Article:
(also known as Argyreus hyperbius)
HELICONIINAE, NYMPHALIDAE, PAPILIONOIDEA
This Caterpillar is probably named after the valiant warrior, son of Oenops, in the ancient Greek play "The Seven Against Thebes" by Aeschylus.
The eggs of this species are barrel-shaped, and have vertical ridges. Initially they are white, later changing to bluish-green. They are often laid singly on plants adjacent to rather than on the foodplant. The female butterflies have been observed laying their eggs on debris at the foot of a foodplant. This appears to be a response to a defence that some plants have developed against caterpillars. These plants secrete a juice in response to an egg being laid on them. The juice causes mould to grow which kills the egg.
The caterpillars are black with orange tubercles, and are covered in branched black spines.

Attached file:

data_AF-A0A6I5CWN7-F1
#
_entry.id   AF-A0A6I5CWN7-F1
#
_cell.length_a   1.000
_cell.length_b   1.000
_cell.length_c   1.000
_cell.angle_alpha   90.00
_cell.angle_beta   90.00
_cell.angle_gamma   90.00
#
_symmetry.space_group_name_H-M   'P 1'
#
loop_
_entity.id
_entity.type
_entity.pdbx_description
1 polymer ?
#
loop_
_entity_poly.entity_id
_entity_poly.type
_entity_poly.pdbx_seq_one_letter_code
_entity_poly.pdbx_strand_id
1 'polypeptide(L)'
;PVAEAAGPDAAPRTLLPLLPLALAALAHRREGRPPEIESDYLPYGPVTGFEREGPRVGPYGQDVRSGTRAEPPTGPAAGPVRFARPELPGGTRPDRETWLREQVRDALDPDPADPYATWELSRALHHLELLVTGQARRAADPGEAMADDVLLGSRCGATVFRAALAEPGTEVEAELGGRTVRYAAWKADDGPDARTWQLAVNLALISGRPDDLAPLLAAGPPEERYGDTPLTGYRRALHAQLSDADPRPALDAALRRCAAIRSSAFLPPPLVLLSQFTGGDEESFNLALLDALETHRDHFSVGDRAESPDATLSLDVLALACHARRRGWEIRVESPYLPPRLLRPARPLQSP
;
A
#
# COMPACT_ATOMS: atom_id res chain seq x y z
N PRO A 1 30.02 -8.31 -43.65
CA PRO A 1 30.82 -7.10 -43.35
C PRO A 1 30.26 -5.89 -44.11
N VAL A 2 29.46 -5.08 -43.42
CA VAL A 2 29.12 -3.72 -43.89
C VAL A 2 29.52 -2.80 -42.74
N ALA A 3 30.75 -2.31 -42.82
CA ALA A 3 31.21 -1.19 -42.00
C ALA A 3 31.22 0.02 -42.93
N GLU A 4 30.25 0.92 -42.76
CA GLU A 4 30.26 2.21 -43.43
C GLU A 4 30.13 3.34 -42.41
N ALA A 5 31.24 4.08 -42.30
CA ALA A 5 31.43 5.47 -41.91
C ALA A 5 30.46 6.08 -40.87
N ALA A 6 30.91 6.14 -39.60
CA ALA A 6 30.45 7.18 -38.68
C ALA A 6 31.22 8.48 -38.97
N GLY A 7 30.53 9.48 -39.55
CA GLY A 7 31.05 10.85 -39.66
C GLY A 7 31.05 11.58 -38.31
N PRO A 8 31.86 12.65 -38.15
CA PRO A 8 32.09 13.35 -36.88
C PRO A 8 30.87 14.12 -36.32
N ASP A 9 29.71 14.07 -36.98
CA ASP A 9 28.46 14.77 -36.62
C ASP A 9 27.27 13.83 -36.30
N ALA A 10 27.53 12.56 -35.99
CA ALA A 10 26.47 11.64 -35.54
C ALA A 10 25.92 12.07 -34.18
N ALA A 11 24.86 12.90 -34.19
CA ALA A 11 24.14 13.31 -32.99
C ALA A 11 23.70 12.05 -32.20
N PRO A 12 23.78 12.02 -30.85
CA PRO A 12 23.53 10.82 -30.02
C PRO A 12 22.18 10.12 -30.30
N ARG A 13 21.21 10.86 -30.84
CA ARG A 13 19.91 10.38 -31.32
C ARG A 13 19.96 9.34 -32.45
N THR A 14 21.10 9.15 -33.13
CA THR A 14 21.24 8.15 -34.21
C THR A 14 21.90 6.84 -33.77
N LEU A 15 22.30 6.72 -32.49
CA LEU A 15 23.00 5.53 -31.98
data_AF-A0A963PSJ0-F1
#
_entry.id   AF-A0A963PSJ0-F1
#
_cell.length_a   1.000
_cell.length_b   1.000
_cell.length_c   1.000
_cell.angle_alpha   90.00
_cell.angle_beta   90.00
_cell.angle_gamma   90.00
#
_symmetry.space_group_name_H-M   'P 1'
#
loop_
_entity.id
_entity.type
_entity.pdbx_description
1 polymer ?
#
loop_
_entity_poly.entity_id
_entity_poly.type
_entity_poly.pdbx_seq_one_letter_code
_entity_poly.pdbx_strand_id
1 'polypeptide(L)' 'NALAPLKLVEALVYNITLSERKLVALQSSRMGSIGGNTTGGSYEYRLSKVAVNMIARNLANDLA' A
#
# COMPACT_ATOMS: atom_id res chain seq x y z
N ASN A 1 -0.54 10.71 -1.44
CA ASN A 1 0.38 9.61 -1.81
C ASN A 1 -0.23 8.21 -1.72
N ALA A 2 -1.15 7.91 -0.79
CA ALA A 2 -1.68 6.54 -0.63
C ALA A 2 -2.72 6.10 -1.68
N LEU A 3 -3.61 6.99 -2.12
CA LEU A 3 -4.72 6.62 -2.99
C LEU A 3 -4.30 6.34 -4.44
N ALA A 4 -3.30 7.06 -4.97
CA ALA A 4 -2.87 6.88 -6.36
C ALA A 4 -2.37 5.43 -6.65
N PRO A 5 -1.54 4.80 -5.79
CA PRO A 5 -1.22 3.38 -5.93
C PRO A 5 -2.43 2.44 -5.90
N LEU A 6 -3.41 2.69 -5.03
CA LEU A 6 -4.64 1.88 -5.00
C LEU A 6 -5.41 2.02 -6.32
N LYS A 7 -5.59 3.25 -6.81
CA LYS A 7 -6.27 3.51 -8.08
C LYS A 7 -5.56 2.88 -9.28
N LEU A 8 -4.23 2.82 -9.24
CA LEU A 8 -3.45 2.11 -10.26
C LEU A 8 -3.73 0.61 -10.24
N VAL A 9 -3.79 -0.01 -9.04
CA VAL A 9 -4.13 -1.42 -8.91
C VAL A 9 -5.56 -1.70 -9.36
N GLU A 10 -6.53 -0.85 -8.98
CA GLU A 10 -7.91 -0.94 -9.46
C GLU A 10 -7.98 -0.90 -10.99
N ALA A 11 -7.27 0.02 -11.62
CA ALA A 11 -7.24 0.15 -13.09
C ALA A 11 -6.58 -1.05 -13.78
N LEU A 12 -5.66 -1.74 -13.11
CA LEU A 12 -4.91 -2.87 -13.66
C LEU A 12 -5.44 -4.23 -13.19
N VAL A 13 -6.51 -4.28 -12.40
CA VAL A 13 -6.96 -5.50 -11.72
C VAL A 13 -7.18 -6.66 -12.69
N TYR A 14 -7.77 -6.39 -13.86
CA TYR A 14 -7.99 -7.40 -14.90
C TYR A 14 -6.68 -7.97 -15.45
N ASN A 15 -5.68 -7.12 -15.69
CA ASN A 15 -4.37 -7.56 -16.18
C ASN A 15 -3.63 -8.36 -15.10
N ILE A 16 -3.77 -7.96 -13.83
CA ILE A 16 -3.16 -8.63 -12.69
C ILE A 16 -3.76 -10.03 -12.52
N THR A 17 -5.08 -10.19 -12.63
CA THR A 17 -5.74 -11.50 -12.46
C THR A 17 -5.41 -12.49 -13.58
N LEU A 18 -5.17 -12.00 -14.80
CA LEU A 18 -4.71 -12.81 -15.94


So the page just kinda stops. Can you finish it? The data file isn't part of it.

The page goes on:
The caterpillars are inclined to hide by night, and but by day feed on the Australian native violets ( VIOLACEAE ) :
The pupa is spiky and orange. Some of the spikes are cream coloured. It hangs by a cremaster from a stem of a nearby plant.
The adult butterflies on top are orange with black spots.
male, under surface
(Photo: courtesy of David Johnston)
The female has larger black spots, creating black areas on the wingtips. Underneath, both sexes are pale with dark markings The wingspan can reach 7 cms.
as well as the subspecies inconstans (Butler, 1873) in Australia where it is considered to be an endangered species, occurring locally in
Further reading :
Michael F. Braby,
Butterflies of Australia,
CSIRO Publishing, Melbourne 2000, vol. 2, pp. 550-551.
Johnston and Johnston,
Life history of Argyreus hyperbius inconstans (Australian fritillary),
Australian Entomological Magazine,
Volume 11 (October 1984), pp. 4-5.
Frank Jordan & Helen Schwencke,
Create More Butterflies : a guide to 48 butterflies and their host-plants
Earthling Enterprises, Brisbane, 2005, pp. 25, 60, 62, 63.
Volume 6 (1763), p. 408-409, No. 75.
(updated 8 October 2012, 1 Auugust 2016)